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Boyer v. Patton

filed: June 20, 1978.

BOYER, ROBERT VICTOR, APPELLANT,
v.
PATTON, ERNEST S., APPELLEE



APPEAL FROM THE UNITED STATES DISTRICT COURT FOR THE EASTERN DISTRICT OF PENNSYLVANIA (D.C. Civil No. 77-166).

Aldisert, Gibbons and Higginbotham, Circuit Judges.

Author: Aldisert

Opinion OF THE COURT

ALDISERT, Circuit Judge.

Robert Boyer appeals from the district court's denial of his petition for habeas corpus relief, submitted on the ground that during his state trial for the crime of prison breach, his trial counsel was ineffective in failing to object to testimony elicited from a government witness regarding Boyer's silence at the time of his arrest. Boyer is now represented by different counsel. The district court declined to accept a United States Magistrate's recommendation that Boyer be granted the writ, finding instead that even if Boyer did not waive his rights by failing to appeal and even assuming his counsel's representation fell below the prevailing standard of adequacy, no harm resulted and Boyer was not entitled to habeas corpus relief. 436 F. Supp. 881 (E.D. Pa. 1977). Although we find merit in the district court's thoughtful analysis of these legal issues, we reverse.

I.

Appellant Boyer was tried and convicted in the Court of Common Pleas of Lancaster County, Pennsylvania, in 1973. Commonwealth v. Boyer, No. 723, 1972 Term (C.P. Lancaster, Crim. Div.). At trial, during which Boyer pleaded a defense of insanity, the prosecution elicited the following testimony from prison guard Robert Steffy:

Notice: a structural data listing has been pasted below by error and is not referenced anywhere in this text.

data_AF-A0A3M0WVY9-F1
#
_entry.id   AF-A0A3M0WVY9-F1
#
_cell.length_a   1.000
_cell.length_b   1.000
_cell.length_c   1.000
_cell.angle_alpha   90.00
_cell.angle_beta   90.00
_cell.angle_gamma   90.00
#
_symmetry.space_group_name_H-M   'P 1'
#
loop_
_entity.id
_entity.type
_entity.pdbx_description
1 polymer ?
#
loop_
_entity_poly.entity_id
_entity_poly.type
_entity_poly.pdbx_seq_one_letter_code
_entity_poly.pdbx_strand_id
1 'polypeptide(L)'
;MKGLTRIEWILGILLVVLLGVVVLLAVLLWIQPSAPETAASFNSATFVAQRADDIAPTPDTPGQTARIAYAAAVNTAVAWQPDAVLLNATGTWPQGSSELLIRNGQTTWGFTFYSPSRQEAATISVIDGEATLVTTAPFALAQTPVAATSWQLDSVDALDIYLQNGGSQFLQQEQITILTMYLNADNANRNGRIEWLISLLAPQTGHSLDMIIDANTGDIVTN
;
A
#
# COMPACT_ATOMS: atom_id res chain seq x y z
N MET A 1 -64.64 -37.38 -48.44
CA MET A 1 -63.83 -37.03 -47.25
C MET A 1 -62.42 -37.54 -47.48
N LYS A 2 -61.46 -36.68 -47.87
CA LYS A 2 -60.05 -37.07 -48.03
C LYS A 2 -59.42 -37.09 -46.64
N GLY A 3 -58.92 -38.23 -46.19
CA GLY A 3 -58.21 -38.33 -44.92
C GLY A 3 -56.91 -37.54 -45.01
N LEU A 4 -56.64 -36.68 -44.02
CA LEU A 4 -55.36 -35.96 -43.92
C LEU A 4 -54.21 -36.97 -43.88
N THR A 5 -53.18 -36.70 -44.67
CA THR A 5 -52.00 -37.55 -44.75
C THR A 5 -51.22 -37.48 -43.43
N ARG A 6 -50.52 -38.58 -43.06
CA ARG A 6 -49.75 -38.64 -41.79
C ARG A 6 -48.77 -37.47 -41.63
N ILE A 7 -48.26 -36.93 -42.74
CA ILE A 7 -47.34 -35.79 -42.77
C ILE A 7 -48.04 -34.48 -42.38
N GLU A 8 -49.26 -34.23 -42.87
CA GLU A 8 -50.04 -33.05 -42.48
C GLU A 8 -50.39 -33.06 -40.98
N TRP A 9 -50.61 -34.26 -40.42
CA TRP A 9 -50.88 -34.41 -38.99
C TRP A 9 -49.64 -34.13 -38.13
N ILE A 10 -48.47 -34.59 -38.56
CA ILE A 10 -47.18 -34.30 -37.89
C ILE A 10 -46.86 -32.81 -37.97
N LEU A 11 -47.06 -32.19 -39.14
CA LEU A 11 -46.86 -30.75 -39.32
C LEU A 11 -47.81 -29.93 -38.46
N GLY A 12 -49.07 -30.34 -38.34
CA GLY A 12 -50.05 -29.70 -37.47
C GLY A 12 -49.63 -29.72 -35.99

Q. When you claimed [Boyer] at the front door did he make any statements to you?

A. Not more than I asked him how he got outside.

Q. Did he make a reply to that question?

A. No, he would not make a reply to it.

Id., Trial Transcript at 6-7. Boyer's trial counsel did not object to admission of this testimony. In his charge to the jury, the trial judge summarized the guard's testimony as follows: "As the prisoner [Boyer] was being brought in, this witness said he asked him how he got outside and he said the prisoner did not reply." Id. at 32. Again, counsel did not take exception.

No direct appeal was taken from the judgment of sentence.*fn1 Boyer's subsequent petition under the Pennsylvania Post-Conviction Hearing Act, 19 P.S. ยงยง 1180-1 et seq., was denied. During the hearing on this petition, Boyer's trial counsel agreed that the reference to Boyer's silence "might well be objectionable", and testified ...


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